The First Affiliated Hospital of Nanjing Medical University, Nanjing, Jiangsu Province, China.
A growing body of evidence has shown the possible relevance of survivin -31G>C (rs9904341) promoter polymorphism to the genetic susceptibility of cancer. Because of the lack of available conclusive data, we performed a meta-analysis of all relevant available studies to derive a more precise estimation of the relationship.
A comprehensive literature search of Medline electronic database was conducted to collect relevant studies until August 18, 2013. References of the retrieved articles were also screened. The extracted data were statistically analyzed, and pooled odds ratios (ORs) with 95 % confidence intervals (CIs) were calculated to estimate the association strength using Stata version 11.2 software.
A total of 29 studies with 7,473 cancer cases and 9,086 controls were included in the meta-analysis. Overall, the pooled analysis revealed that suvivin -31G>C polymorphism was significantly associated with increased cancer risk under multiple genetic models (CC vs. GG: OR = 1.37, 95 % CI 1.06-1.76; CC vs. CG: OR = 1.27, 95 % CI = 1.10-1.46; CC vs. CG + GG: OR = 1.31, 95 % CI = 1.10-1.57). In subgroup analysis with different cancer types, the -31G>C polymorphism significantly increased the risk of colorectal, gastric, and urothelial cancers, while this SNP remarkably decreased the susceptibility to hepatocellular carcinoma. Further stratification analysis by ethnicity showed an increasing cancer risk in the Asian population (CC vs. GG: OR = 1.61, 95 % CI 1.17-2.21; CC vs. CG: OR = 1.31, 95 % CI 1.12-1.53; CC vs. CG + GG: OR = 1.43, 95 % CI 1.16-1.77) but not in Europeans.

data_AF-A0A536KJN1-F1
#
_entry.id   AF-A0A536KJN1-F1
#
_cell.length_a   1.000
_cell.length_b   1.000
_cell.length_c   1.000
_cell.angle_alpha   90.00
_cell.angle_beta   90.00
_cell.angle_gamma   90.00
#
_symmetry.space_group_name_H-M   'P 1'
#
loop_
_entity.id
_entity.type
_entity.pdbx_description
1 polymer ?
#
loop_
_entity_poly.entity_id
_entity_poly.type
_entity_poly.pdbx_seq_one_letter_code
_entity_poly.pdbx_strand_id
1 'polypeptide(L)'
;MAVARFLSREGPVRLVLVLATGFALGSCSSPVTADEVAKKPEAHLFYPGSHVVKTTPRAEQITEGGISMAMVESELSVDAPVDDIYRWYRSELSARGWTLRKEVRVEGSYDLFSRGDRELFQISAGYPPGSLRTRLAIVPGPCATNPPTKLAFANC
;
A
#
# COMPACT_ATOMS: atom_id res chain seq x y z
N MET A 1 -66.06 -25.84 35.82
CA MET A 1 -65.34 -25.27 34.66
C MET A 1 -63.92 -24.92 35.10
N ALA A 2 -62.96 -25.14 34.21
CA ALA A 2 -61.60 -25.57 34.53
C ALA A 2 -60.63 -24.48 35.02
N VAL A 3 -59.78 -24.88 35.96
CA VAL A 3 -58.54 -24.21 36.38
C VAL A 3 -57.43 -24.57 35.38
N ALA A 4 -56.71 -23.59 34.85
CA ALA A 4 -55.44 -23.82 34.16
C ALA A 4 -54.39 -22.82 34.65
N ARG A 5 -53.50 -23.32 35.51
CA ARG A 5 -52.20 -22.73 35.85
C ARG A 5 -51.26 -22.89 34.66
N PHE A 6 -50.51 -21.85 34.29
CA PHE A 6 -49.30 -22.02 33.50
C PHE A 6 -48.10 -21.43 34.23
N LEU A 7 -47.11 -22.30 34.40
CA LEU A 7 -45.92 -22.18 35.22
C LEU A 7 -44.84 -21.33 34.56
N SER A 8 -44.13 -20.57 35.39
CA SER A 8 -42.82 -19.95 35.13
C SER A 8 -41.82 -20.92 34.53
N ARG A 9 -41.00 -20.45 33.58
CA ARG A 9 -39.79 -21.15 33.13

The survivin -31G>C polymorphism is associated with elevated cancer risk, especially among colorectal, gastric, and urothelial cancers and Asian populations.